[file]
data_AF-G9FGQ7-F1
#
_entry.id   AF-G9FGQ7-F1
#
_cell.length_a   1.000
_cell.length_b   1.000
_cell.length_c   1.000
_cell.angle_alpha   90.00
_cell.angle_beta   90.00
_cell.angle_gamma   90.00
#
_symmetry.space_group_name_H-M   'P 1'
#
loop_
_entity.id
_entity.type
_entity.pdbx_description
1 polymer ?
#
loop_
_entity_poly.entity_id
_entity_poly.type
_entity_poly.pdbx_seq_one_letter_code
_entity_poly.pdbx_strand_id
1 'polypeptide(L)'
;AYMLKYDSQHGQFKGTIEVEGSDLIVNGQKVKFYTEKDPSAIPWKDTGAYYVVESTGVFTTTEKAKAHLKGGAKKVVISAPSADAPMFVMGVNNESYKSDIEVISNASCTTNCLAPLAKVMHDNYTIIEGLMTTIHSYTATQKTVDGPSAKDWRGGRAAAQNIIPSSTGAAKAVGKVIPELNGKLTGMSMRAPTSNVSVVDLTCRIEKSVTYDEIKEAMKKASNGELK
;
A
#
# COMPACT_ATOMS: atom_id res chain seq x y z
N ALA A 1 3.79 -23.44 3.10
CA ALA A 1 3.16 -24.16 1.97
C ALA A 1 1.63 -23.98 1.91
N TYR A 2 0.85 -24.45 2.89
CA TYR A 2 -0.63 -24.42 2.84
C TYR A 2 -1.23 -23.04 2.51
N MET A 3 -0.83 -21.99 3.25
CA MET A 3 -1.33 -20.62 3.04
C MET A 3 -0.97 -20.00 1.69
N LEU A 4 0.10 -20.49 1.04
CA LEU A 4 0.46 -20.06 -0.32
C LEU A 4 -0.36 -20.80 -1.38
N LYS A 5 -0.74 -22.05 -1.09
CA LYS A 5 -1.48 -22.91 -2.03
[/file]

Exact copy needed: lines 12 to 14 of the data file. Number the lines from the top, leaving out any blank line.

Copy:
_symmetry.space_group_name_H-M   'P 1'
#
loop_